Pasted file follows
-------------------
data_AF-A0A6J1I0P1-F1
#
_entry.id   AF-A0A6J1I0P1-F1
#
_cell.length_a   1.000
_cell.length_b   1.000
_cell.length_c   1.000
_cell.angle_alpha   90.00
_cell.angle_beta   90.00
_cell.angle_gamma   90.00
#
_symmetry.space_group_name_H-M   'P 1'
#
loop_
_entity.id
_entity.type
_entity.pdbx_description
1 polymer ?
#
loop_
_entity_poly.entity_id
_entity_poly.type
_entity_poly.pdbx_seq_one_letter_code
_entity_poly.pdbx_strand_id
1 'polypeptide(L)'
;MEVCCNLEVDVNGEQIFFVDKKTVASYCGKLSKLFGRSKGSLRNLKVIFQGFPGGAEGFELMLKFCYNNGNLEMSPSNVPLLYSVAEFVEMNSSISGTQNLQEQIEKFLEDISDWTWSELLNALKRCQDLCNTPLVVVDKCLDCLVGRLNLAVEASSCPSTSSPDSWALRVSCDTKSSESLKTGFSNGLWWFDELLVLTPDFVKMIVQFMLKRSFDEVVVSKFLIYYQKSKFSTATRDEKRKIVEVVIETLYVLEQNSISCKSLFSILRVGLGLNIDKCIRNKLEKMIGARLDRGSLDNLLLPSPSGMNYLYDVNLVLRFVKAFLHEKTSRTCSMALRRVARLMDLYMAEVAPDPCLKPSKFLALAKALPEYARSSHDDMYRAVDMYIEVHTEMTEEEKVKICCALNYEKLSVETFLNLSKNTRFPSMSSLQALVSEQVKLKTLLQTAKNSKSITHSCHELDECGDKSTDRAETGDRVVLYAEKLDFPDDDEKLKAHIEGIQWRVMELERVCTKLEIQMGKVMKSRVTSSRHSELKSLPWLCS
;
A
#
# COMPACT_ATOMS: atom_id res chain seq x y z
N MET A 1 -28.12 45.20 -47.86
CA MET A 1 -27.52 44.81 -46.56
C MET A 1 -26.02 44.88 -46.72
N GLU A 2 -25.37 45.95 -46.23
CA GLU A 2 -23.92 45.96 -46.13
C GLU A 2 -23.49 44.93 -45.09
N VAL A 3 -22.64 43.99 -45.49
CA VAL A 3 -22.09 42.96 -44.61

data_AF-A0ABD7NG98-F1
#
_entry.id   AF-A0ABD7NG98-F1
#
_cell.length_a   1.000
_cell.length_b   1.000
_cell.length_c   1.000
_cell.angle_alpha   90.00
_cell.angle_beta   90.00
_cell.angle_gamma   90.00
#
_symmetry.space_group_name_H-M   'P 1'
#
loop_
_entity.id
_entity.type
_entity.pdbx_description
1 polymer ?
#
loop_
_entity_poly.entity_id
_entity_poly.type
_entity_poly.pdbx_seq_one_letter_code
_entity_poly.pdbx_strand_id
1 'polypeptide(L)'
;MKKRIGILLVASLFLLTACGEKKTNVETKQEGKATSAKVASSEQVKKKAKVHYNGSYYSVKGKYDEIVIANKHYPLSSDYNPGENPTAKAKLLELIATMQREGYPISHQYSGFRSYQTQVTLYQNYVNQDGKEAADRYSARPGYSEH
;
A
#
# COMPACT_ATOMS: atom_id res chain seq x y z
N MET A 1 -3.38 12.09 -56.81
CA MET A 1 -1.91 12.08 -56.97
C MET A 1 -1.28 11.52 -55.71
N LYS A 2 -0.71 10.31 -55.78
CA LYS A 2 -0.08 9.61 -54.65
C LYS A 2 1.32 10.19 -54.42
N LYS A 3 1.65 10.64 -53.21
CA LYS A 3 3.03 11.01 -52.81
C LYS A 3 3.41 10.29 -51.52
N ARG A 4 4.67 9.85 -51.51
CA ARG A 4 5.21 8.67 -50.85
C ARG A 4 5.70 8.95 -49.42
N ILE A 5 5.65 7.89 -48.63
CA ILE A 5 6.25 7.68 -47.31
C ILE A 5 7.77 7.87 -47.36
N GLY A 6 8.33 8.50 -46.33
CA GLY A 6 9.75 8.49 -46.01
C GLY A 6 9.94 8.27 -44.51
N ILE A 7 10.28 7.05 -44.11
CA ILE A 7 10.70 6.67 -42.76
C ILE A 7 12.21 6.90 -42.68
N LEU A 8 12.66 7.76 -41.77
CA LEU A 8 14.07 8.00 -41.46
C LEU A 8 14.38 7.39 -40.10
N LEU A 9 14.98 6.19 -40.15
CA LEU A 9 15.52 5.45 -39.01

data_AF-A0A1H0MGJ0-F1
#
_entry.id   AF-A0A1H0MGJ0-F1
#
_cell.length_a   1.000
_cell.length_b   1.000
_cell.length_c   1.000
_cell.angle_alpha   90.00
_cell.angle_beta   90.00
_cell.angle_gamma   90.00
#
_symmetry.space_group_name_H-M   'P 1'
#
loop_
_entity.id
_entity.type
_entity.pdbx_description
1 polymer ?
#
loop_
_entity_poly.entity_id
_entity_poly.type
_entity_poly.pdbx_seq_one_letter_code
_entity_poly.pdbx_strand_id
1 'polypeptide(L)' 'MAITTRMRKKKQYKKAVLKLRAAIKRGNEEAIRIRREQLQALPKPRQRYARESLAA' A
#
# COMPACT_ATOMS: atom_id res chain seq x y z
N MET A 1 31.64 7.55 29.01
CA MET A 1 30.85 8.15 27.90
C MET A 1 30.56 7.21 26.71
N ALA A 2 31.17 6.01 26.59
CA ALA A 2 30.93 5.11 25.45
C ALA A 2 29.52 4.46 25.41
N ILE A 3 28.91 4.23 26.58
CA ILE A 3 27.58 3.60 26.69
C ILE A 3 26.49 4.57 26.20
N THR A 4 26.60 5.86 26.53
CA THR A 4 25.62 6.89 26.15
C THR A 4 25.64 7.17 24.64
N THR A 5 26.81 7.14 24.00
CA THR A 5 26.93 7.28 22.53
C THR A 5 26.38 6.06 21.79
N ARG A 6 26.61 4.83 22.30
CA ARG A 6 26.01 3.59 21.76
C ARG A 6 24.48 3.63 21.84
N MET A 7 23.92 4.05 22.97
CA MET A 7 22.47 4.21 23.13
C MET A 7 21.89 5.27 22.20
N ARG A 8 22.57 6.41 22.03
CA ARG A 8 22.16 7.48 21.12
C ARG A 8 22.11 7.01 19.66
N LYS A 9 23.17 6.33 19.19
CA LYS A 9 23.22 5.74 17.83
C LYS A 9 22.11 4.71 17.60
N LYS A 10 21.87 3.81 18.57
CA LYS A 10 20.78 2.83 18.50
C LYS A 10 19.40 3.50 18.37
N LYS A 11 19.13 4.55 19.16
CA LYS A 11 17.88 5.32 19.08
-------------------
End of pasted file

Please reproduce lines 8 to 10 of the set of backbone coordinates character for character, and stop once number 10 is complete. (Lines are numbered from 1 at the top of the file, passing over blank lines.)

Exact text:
_cell.angle_alpha   90.00
_cell.angle_beta   90.00
_cell.angle_gamma   90.00